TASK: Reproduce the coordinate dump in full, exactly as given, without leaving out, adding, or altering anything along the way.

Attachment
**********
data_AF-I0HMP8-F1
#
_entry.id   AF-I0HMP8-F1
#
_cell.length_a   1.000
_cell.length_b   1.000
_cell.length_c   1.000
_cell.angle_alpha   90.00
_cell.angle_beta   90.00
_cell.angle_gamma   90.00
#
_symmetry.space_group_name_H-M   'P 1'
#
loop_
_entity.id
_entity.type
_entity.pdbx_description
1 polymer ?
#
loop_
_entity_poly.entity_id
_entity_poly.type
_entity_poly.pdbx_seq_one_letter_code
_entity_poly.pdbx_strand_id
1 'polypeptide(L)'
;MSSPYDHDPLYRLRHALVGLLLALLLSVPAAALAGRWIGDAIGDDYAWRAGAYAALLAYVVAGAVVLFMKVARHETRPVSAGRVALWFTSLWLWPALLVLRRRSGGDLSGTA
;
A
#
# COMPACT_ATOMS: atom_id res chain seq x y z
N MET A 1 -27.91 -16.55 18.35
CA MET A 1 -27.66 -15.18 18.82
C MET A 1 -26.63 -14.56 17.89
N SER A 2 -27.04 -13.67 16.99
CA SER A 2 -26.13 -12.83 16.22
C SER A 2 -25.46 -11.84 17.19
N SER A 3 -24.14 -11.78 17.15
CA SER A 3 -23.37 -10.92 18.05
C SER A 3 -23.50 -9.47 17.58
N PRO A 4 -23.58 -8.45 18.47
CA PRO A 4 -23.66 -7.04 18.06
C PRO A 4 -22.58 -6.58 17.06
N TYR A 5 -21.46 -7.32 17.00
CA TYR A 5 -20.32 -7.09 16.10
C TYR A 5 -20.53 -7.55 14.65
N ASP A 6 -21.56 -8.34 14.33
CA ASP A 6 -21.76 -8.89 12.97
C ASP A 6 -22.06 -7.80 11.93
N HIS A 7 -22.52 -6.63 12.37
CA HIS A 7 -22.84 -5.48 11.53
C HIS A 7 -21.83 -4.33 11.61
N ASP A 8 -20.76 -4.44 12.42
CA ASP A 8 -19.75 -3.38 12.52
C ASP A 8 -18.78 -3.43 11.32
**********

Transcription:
data_AF-I0HMP8-F1
#
_entry.id   AF-I0HMP8-F1
#
_cell.length_a   1.000
_cell.length_b   1.000
_cell.length_c   1.000
_cell.angle_alpha   90.00
_cell.angle_beta   90.00
_cell.angle_gamma   90.00
#
_symmetry.space_group_name_H-M   'P 1'
#
loop_
_entity.id
_entity.type
_entity.pdbx_description
1 polymer ?
#
loop_
_entity_poly.entity_id
_entity_poly.type
_entity_poly.pdbx_seq_one_letter_code
_entity_poly.pdbx_strand_id
1 'polypeptide(L)'
;MSSPYDHDPLYRLRHALVGLLLALLLSVPAAALAGRWIGDAIGDDYAWRAGAYAALLAYVVAGAVVLFMKVARHETRPVSAGRVALWFTSLWLWPALLVLRRRSGGDLSGTA
;
A
#
# COMPACT_ATOMS: atom_id res chain seq x y z
N MET A 1 -27.91 -16.55 18.35
CA MET A 1 -27.66 -15.18 18.82
C MET A 1 -26.63 -14.56 17.89
N SER A 2 -27.04 -13.67 16.99
CA SER A 2 -26.13 -12.83 16.22
C SER A 2 -25.46 -11.84 17.19
N SER A 3 -24.14 -11.78 17.15
CA SER A 3 -23.37 -10.92 18.05
C SER A 3 -23.50 -9.47 17.58
N PRO A 4 -23.58 -8.45 18.47
CA PRO A 4 -23.66 -7.04 18.06
C PRO A 4 -22.58 -6.58 17.06
N TYR A 5 -21.46 -7.32 17.00
CA TYR A 5 -20.32 -7.09 16.10
C TYR A 5 -20.53 -7.55 14.65
N ASP A 6 -21.56 -8.34 14.33
CA ASP A 6 -21.76 -8.89 12.97
C ASP A 6 -22.06 -7.80 11.93
N HIS A 7 -22.52 -6.63 12.37
CA HIS A 7 -22.84 -5.48 11.53
C HIS A 7 -21.83 -4.33 11.61
N ASP A 8 -20.76 -4.44 12.42
CA ASP A 8 -19.75 -3.38 12.52
C ASP A 8 -18.78 -3.43 11.32